This blog is a continuation of our series, looking into what comparisons can be made between inaccessible elements on websites, which was inspired by an AXSChat Podcast

After finishing my original blog, I decided to expand and tell you a bit more about specific areas of assistive technology features that should be used and accessible within a digital platform. This should be the case whether on a website, a document, or any other digital information.

In this blog, we discuss why highlighting website elements is so important.

Why Keyboard-only Users Need Links to Nave a Visible Focus State on Web Pages

When someone can only use a keyboard to search the internet, they rely on each site element to be highlighted in some way. This will identify to the user where the cursor is and, therefore, where they are within a web page. Allowing them to navigate to the information they need.

Keyboard-only users use the Tab key to navigate through a site. Elements need to have a visible focus state when they are hovered over or selected to show the distinction between the link they are on and the other elements on the page.

When elements aren’t highlighted on a website, it will make it very difficult to activate that specific element or even make it impossible to access that area at all. Which, in turn, may require that person to look on an alternative site to get the required information or product. Often, these users are likely to never return to the inaccessible site, meaning that you will be losing out on a wide demographic’s custom.

Sadly, it isn’t always possible for users to get the service they need elsewhere. This could be due to the information being on a specific site that they need to rely upon. For example, a public sector site, such as a local council website or a site with local travel information for details like train times. Putting users in an impossible and very frustrating position.

An Everyday Comparison to Get you Thinking About the Need for Visible Site Elements 

This got me thinking about comparisons in everyday life and how they would make people feel in that same situation. For example:

Have you ever been in a shop and had to point to an item behind a counter? Requiring you to seek help from a shop assistant.

How difficult would it be for the assistant to find that exact item if you weren’t able to highlight where it is on a shelf by pointing to the object?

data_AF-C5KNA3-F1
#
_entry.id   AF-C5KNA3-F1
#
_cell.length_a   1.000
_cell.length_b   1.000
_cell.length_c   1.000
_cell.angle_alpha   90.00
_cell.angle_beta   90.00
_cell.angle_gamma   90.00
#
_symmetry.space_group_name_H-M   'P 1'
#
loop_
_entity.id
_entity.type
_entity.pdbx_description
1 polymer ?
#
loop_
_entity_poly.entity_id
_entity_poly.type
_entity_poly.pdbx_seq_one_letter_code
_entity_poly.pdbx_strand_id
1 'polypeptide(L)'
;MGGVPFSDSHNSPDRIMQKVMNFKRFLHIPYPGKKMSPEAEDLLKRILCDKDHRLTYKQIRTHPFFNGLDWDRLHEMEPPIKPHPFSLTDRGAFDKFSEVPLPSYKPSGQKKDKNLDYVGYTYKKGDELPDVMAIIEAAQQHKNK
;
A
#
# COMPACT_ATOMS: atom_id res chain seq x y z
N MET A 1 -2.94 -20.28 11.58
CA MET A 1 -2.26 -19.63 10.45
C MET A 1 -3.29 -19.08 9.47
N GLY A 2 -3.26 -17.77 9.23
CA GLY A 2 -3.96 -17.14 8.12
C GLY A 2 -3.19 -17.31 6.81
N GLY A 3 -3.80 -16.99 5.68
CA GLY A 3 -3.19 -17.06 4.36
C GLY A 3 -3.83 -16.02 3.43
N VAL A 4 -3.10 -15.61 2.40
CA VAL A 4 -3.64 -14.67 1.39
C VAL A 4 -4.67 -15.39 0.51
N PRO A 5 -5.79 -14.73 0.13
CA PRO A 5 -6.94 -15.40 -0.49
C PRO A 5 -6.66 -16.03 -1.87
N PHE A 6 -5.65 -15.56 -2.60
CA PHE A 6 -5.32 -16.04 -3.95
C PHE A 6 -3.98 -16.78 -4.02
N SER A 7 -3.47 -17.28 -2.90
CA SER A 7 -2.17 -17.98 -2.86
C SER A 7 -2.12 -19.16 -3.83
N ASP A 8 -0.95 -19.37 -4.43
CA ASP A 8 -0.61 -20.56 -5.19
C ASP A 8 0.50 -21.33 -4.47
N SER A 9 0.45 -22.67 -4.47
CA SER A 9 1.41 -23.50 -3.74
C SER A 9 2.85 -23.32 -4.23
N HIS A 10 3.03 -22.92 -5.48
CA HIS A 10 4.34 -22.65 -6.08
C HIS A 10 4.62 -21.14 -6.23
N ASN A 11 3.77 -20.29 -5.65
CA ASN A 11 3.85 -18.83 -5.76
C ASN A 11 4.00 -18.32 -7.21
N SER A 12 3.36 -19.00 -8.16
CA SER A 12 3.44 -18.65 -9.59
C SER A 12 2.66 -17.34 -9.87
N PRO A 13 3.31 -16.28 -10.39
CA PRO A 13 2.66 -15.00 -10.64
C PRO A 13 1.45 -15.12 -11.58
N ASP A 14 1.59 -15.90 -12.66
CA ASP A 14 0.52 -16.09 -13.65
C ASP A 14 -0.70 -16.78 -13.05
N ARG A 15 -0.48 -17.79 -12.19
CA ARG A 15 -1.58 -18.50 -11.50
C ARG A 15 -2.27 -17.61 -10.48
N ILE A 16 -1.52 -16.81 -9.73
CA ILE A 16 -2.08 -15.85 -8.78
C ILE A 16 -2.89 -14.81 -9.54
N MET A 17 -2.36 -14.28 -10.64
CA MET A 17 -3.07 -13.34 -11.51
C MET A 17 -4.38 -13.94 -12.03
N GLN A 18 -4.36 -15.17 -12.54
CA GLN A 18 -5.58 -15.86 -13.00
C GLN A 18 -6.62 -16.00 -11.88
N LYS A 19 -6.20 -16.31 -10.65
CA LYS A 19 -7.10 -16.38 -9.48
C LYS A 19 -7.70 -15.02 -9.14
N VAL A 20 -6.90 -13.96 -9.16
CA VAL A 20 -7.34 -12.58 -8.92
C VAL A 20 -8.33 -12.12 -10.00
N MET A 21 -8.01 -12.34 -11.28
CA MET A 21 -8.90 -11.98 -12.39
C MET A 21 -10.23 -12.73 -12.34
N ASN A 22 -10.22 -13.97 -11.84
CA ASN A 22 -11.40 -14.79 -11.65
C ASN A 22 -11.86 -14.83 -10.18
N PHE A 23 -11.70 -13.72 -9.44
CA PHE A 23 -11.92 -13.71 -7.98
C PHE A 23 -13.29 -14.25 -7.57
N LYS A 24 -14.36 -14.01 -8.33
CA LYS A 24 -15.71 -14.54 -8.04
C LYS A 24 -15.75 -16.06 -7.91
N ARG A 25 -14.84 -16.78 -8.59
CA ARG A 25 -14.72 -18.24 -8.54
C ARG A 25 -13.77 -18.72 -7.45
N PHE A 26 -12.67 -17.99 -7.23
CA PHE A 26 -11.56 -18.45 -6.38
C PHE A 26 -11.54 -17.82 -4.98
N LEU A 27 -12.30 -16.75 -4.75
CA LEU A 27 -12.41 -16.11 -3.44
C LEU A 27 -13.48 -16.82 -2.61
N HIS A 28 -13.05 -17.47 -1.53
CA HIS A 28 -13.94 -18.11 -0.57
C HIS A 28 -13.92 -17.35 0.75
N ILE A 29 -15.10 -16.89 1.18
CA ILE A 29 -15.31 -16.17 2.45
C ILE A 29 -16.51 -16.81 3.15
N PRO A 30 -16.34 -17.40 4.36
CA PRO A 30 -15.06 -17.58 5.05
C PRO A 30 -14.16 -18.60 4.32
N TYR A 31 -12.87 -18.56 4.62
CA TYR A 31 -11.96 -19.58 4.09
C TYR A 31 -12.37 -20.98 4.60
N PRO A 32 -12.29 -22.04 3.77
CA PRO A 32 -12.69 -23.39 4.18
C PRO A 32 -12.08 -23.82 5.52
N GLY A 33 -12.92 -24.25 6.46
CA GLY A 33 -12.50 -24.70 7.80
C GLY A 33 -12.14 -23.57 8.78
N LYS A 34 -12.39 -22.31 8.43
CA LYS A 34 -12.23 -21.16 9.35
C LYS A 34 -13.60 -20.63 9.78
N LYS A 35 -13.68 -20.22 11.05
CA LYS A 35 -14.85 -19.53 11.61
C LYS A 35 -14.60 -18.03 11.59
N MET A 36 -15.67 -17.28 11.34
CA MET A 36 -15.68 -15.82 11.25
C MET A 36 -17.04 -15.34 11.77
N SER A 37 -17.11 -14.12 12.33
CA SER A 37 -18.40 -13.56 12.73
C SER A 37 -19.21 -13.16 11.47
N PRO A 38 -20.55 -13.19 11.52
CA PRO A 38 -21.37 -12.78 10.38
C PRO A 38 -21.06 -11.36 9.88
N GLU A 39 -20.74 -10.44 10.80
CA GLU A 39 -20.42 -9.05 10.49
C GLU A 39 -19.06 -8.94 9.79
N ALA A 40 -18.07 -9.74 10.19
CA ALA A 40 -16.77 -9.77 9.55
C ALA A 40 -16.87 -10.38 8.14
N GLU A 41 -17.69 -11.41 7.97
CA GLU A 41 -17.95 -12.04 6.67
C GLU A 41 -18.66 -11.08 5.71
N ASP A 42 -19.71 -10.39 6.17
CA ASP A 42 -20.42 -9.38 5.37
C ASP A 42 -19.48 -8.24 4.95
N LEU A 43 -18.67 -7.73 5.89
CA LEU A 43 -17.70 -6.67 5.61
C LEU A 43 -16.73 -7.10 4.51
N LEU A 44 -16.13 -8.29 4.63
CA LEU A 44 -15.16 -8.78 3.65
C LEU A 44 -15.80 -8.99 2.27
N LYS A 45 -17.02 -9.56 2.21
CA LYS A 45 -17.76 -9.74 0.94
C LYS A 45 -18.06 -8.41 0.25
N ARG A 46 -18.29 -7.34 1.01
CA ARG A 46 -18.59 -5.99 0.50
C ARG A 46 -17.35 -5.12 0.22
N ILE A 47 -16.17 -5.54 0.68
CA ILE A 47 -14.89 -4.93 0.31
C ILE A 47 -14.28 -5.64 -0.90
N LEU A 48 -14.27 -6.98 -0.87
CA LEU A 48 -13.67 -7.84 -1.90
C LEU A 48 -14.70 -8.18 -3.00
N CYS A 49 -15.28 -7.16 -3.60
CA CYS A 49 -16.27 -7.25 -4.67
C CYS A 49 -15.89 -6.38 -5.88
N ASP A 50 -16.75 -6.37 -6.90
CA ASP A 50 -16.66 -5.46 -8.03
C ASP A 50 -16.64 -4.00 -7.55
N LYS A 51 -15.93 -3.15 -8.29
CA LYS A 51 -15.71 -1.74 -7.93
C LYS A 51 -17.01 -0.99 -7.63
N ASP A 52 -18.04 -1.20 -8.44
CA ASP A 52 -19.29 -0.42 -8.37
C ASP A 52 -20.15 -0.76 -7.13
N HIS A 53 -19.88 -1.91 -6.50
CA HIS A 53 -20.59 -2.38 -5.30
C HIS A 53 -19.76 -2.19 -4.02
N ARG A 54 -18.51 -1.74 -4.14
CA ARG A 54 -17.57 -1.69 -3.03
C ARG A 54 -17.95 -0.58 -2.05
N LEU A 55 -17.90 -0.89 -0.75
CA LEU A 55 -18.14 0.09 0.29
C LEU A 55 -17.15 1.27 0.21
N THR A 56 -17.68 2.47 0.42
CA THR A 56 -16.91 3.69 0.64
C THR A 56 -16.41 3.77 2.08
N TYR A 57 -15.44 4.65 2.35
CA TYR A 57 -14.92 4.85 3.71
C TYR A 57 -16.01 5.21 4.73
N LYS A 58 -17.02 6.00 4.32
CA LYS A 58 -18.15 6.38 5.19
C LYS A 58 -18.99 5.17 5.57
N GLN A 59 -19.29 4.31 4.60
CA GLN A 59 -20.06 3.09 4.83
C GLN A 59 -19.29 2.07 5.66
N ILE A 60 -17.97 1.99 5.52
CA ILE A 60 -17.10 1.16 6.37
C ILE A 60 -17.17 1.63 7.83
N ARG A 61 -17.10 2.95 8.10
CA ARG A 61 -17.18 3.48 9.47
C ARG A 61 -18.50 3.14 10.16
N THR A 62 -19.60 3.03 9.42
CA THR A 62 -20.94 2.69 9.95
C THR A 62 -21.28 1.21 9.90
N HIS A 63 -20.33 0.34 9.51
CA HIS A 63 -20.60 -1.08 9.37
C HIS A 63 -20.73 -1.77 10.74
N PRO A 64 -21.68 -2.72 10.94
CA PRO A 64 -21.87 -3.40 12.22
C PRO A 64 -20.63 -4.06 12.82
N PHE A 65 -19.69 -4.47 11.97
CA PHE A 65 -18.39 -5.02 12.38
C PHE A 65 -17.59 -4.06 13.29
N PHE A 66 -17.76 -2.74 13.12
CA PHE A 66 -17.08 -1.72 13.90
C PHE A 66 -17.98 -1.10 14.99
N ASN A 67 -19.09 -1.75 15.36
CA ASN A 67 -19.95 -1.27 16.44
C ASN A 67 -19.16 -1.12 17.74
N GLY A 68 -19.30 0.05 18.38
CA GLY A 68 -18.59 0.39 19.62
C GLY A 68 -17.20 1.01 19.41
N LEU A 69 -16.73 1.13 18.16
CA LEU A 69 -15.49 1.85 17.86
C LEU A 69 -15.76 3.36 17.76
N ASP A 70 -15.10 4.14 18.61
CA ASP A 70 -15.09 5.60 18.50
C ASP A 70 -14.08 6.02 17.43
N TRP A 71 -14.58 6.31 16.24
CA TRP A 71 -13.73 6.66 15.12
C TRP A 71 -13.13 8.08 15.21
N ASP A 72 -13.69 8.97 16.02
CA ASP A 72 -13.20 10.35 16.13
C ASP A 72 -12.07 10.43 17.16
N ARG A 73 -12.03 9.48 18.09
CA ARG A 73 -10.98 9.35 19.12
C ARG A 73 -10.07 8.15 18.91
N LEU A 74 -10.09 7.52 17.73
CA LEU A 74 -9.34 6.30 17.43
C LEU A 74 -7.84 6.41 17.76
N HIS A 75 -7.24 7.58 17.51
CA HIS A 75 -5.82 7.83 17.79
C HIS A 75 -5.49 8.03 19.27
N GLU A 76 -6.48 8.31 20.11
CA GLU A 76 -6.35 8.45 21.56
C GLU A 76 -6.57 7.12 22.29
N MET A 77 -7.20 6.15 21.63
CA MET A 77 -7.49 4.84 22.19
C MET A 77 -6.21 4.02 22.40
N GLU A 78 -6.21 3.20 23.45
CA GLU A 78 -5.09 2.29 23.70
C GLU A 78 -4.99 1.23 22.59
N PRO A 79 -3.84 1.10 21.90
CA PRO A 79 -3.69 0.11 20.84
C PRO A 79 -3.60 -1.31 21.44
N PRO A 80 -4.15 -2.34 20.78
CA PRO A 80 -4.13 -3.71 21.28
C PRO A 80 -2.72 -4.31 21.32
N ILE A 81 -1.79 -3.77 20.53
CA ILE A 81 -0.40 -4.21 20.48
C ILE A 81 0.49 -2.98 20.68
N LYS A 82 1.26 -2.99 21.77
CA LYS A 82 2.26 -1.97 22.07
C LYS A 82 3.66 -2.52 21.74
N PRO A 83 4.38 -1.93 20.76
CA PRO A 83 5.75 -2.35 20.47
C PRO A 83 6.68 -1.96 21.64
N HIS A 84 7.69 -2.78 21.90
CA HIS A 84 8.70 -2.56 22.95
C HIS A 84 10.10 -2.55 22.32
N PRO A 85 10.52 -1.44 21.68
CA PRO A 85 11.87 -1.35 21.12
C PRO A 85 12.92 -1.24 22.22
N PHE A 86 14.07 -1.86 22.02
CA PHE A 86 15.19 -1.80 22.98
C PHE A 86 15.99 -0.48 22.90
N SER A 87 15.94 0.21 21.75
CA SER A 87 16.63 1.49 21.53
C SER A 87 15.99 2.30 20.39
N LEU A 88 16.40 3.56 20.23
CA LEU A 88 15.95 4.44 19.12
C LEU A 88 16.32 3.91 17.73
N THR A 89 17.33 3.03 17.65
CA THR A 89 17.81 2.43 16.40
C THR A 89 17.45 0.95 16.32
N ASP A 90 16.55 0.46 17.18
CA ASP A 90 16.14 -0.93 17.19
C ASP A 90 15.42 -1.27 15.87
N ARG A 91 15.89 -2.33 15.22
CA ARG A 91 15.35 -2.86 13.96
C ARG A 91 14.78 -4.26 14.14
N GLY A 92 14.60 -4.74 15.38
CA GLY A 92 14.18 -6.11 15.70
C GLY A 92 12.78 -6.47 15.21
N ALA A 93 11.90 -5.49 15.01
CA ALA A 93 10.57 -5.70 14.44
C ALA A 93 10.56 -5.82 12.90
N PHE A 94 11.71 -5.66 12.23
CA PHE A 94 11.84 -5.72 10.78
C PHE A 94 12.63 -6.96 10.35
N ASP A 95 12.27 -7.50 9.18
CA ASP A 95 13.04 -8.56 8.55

Imagine if it was somewhere like a jewellery shop with multiple items laid out in glass cases. You had to not only talk them through which item you’re looking for but also have to remember where it was as you can no longer see it. This would leave you having to try and direct the shop assistant from memory to the correct item of jewellery … “No, it was the fifth one along on the right. Oh no, I mean the fourth one along and third up” – it would get tiring fast! This is the same experience that a keyboard-only user would have to go through when a site element is not highlighted.

In a shop, you can help to move the person’s finger to the one you want by giving verbal directions. On the internet, it’s trial and error for users to be able to find which element has been activated. If the wrong element has been selected, they would have to go back and try again. Then, when they return to the page, hope they are still on that same element and be able to count down to where they think the correct element is.

This experience can very simply be fixed by highlighting website elements, such as hyperlinks, and making them visible to the user.

Eliminating Inaccessible Digital Platforms

I know I have used this last paragraph at the end of each of this series of blogs, but it relays the important message of all the blogs written:

These are just a few comparisons between most people’s everyday life experiences to one of the inaccessible features of digital information in their life. However, there really is no need for any inaccessible areas, as there are always alternatives. 

Think about when you could not get access to something. Whether it is in a shop or around your normal life experiences. There is no real reason why you should not be able to gain access. It is usually due to someone having made it inaccessible to you because of the design and not thinking of your individual needs as a customer in a specific situation.

It’s time to make a change and be inclusive.

Over the coming months, I’ll be blogging about ways that you can adapt your websites to achieve accessibility and improve the user experience for everyone.